What We DoWhat We Do
Social Impact Litigation – Financing – Indian Law
Leger Law & Strategy, located in Santa Fe, NM, expands on its attorneys’ 26 years of experience as General Counsel to Native American tribes, minority businesses and community enterprises. In particular, our experience with national policymakers, civil rights and economic development organizations ensure the best possible representation for our clients. The firm’s areas of expertise include: impact litigation, financing, tribal law, business development, leasing, policy development, civil rights, voting rights, and cultural preservation. Leger Law & Strategy has an entrepreneurial and social impact culture. We deploy a sense of strategic thinking and in depth experience to all our work.
Perhaps just as important as our experience and educational background, is our approach to lawyering. We pride ourselves on our ability to think strategically with our clients. We proactively look for opportunities for our tribal clients to stretch their own financial resources to meet the needs of their members, such as using the federal New Markets Tax Credit Program to minimize the costs of infrastructure projects on tribal land. We strive to conserve our tribal clients’ financial resources, by encouraging them to shift the cost of our legal services to the parties who are negotiating with them in transactions for access to tribal land and resources. We know that the issues facing Indian tribes are complex and require a lot of respect for the unique customs and traditions of the tribe, while applying good problem solving skills. We know how to participate as the legal member of a team that develops and then implements strategy to accomplish ambitious goals. We are always working to improve our abilities as good listeners and advisors.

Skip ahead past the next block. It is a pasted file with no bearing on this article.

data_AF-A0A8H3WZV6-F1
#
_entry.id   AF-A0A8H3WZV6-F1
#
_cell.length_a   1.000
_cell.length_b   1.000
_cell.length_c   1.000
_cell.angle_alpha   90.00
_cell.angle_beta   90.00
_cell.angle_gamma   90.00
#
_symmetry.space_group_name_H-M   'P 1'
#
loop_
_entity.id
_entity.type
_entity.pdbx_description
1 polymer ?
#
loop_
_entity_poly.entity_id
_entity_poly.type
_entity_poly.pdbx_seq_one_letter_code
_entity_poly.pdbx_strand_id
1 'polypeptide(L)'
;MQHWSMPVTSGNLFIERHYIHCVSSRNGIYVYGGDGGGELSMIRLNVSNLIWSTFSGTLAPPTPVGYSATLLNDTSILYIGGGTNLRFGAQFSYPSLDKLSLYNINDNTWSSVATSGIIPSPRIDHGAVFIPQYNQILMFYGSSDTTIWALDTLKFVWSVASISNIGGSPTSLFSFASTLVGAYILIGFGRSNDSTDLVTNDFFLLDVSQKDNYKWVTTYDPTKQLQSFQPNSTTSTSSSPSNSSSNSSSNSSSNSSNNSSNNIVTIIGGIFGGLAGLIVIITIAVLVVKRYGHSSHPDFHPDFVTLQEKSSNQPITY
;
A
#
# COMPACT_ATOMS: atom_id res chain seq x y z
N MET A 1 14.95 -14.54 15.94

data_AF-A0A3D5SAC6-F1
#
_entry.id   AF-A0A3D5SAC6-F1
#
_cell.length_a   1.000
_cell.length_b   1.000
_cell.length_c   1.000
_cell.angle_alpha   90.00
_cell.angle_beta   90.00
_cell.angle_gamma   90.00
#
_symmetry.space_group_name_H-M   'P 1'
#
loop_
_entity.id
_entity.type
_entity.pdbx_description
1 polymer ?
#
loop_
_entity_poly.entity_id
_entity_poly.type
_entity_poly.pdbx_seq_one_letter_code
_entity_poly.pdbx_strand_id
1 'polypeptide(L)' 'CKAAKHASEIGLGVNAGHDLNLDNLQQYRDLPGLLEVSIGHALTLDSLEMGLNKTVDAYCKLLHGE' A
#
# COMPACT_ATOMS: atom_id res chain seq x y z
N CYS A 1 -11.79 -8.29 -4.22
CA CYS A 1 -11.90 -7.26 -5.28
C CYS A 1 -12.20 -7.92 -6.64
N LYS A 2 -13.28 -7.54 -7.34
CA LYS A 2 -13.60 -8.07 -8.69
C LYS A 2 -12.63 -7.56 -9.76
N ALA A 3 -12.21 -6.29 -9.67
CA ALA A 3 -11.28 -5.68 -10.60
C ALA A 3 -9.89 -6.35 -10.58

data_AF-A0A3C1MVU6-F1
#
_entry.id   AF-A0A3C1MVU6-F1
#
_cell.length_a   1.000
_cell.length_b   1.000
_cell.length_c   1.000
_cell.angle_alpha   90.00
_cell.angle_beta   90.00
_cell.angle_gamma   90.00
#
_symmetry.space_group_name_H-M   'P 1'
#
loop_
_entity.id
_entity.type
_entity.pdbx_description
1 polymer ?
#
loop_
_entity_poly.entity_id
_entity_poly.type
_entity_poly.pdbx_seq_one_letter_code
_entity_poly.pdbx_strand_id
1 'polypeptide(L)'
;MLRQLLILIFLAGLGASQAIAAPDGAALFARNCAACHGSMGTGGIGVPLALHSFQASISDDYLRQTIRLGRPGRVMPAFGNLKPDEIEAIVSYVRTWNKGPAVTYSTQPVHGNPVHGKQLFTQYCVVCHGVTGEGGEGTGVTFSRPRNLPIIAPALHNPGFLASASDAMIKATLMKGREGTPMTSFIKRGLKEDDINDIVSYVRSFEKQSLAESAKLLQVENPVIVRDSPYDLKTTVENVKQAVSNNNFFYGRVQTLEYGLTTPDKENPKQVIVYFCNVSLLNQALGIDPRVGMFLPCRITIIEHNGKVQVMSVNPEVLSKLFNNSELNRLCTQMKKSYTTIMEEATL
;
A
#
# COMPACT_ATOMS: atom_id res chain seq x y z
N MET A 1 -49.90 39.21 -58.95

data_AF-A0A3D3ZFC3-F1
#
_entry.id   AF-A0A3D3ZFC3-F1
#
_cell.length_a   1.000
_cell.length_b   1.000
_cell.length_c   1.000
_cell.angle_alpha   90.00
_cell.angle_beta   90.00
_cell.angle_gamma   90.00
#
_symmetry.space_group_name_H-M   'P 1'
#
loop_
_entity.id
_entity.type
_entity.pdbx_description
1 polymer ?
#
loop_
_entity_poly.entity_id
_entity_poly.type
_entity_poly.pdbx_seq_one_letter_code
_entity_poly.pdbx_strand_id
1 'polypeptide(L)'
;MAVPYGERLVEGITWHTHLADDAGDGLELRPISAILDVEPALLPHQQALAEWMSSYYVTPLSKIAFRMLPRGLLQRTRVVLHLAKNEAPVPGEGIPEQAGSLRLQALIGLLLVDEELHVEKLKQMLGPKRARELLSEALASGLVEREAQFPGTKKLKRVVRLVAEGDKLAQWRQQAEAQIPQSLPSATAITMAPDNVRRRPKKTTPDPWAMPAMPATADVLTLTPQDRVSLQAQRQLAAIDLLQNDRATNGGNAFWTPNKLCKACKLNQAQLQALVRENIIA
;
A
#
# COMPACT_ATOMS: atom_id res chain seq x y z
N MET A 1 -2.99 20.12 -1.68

Education: Yale College (B.A. 1982); University of Texas at Austin – Development Planning, Graduate Fellow (1983-1984); Stanford Law School (J.D. With Distinction, 1987), member, Stanford Journal of International Law.
Ms. Leger has served as General Counsel to native american tribes and their business enterprises for over 26 years. Her work ranges from financing to protecting sacred sites to negotiating multi-million dollar leases; it includes the strategic development of the legal, legislative, business, economic and physical infrastructure for tribal sovereigns. After President Clinton appointed her as a White House Fellow, she worked on public/private financing of affordable housing and other community development initiatives as a White House liaison at HUD. She’s served as both issuers’ and borrowers’ counsel for tax-exempt and taxable bonds, New Markets Tax Credits, commercial and government loans for projects ranging from resorts to schools to basic infrastructure. President Obama recently appointed her to the President’s Advisory Council for Historic Preservation.